Getting down to business, Emma's been carried off to the Enchanted Forest where Rumple prances around as a bit of her imagination, as sort of an evil Obi Wan "mentoring" her into following the dark side. She runs into Merida, who is exactly like Merida from the film, only older. While cool to see Merida in the flesh, OUAT is disappointing us by continuing to translate modern princesses word-for-word instead of reinterpreting them as they did all the old ones. (Yeah, it's to keep the little girls interested and selling merchandise, right?) Cue struggle - to kill Merida and steal the wisp or not?

Meanwhile, back at the ranch, Hook is running around following his heart, while Regina follows her head. Shennigans ensue, Zelena escapes, Regina saves the day, and then in a super epic scene everyone crams into Granny's and in whipped off in an actual Tornado to Oz the Enchanted Forest (although it really was almost Oz). And by "everyone" it really is everyone, down to baby Neal, Roland, three dwarves, and Granny. They even took Zelena, with Robin now refusing to budge from her side in case Hook manages to let her escape again.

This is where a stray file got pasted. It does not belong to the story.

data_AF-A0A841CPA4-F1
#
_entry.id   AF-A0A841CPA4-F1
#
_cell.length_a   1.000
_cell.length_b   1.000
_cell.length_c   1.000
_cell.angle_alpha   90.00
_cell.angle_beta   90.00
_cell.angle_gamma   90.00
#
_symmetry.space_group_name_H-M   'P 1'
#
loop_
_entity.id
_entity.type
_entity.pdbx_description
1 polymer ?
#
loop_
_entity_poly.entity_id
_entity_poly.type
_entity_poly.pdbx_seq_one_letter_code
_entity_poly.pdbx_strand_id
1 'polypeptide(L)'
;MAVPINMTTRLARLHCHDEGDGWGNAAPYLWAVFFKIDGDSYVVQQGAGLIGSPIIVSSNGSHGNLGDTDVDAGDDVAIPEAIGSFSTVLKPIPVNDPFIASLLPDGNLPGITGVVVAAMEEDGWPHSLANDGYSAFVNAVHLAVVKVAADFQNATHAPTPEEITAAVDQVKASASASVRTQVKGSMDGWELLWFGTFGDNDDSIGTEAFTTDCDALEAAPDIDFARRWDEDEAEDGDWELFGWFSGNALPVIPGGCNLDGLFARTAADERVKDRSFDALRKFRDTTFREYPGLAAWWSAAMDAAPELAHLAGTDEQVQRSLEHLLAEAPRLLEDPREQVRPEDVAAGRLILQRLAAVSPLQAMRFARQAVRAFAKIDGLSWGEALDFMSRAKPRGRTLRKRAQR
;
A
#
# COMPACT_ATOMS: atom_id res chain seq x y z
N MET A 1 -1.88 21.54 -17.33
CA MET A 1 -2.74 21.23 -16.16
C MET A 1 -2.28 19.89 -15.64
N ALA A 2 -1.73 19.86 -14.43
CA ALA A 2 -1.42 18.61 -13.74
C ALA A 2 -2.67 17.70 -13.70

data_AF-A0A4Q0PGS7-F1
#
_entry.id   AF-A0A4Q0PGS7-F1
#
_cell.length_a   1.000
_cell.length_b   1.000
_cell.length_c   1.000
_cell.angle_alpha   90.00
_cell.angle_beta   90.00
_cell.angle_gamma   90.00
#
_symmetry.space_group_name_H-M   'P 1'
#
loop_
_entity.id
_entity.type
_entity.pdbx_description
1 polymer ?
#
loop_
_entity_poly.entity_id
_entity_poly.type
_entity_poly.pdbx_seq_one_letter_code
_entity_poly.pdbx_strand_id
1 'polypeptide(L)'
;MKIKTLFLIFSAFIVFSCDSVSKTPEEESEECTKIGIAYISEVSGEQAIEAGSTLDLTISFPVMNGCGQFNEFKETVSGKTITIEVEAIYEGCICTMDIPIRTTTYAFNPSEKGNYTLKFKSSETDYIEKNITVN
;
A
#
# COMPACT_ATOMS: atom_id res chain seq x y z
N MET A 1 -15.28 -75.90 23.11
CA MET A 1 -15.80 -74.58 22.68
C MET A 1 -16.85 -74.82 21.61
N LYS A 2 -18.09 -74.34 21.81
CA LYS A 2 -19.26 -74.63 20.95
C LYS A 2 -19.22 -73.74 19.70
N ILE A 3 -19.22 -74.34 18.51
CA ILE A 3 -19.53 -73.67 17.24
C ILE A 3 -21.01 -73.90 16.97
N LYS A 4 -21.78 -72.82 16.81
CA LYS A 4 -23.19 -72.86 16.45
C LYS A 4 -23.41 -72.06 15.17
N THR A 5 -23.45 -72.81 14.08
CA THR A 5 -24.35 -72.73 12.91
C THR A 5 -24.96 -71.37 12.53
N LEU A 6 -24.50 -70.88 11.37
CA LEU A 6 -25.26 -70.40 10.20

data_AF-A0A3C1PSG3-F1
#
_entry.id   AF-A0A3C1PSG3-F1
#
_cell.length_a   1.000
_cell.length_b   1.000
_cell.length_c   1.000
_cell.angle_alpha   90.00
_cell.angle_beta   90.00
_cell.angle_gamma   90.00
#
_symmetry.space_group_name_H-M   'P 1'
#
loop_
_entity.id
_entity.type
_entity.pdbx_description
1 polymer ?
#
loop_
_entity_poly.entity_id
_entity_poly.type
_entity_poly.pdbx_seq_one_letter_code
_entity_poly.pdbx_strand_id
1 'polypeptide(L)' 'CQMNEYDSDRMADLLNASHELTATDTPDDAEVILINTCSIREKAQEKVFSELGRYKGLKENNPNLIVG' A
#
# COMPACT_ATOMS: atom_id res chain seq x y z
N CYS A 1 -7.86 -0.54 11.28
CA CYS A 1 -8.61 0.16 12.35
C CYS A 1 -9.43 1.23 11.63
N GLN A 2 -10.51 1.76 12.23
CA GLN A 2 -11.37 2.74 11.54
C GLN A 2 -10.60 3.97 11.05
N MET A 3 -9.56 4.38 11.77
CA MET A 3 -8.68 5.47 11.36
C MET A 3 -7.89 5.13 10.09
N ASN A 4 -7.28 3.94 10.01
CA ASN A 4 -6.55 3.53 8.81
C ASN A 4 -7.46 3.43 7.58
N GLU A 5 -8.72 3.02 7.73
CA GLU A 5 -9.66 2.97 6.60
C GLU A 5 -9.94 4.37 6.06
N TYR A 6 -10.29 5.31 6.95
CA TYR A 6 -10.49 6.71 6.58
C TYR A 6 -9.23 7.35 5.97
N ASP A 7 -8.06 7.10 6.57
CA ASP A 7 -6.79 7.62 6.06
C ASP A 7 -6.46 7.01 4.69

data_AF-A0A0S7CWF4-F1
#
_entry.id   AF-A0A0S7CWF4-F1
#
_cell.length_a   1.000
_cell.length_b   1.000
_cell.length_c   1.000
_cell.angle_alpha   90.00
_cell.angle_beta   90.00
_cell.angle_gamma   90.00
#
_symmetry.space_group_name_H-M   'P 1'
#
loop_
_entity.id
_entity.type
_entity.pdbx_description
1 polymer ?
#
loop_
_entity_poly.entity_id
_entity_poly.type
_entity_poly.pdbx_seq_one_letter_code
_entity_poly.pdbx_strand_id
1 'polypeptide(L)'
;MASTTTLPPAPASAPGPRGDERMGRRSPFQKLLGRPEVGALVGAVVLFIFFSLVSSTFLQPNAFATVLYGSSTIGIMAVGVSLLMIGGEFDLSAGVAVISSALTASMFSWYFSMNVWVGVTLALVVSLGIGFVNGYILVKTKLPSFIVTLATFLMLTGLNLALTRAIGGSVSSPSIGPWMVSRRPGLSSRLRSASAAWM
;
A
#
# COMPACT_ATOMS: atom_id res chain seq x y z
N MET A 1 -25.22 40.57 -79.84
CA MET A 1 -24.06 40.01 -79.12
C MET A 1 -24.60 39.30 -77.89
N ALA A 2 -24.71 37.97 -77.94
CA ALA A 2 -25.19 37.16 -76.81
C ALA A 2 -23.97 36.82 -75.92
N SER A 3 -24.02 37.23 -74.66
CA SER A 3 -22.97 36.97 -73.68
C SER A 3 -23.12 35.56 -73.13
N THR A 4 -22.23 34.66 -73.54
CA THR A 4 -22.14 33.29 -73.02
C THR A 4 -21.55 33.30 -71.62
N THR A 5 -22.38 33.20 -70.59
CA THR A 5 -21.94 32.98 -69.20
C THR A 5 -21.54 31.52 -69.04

I was a little thrown that they took the kids, but I guess if I were jumping between realms, I wouldn't want to risk another 28-year-separation from my newborn.

The gang arrives just in time to convince Emma not to squash Merida's heart, Emma trusts Regina with her failsafe dagger,  and then Arthur conveniently shows up (yay for prophecies, who needs cellphones?) and leads them off to Camelot.

Then quicker than you can say "We lost our memories AGAIN?" (and Snow does) everyone finds themselves waking up back in Storybrooke 6 weeks later, wearing awesome clothes (that I will review on the sewing blog next week) and no idea of what's happened.